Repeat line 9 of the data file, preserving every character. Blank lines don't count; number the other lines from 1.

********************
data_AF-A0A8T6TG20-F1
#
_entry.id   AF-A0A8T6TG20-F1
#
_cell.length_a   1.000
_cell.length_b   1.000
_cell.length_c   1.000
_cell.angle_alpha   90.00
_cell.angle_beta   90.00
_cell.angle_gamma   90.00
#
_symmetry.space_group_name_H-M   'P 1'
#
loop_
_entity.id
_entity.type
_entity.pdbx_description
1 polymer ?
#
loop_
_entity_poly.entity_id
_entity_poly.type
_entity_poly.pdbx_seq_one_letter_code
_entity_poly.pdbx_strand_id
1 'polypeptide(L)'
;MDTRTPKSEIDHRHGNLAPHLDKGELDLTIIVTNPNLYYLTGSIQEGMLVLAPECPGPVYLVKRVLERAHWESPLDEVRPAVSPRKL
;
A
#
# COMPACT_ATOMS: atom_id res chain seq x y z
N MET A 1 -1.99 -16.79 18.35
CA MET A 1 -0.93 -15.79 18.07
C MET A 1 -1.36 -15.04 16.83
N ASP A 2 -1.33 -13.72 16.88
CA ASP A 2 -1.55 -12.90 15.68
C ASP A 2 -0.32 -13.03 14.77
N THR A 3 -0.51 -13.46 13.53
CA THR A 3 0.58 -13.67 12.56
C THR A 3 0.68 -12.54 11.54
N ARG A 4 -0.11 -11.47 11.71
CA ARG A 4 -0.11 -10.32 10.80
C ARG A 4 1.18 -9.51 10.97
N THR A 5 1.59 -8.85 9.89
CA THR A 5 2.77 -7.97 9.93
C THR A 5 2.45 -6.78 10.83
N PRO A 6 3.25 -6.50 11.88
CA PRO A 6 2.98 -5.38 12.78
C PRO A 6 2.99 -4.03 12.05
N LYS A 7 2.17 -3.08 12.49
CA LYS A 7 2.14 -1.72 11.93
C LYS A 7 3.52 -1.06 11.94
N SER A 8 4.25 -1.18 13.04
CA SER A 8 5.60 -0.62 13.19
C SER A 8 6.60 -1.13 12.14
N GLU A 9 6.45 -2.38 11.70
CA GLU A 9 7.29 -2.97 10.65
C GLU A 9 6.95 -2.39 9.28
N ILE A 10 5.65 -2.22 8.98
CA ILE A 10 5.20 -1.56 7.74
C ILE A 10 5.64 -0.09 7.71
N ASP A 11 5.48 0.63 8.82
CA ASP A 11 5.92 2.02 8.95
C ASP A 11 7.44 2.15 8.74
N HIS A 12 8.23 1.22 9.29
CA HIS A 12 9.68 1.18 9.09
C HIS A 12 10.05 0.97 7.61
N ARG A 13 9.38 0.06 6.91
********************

_cell.angle_beta   90.00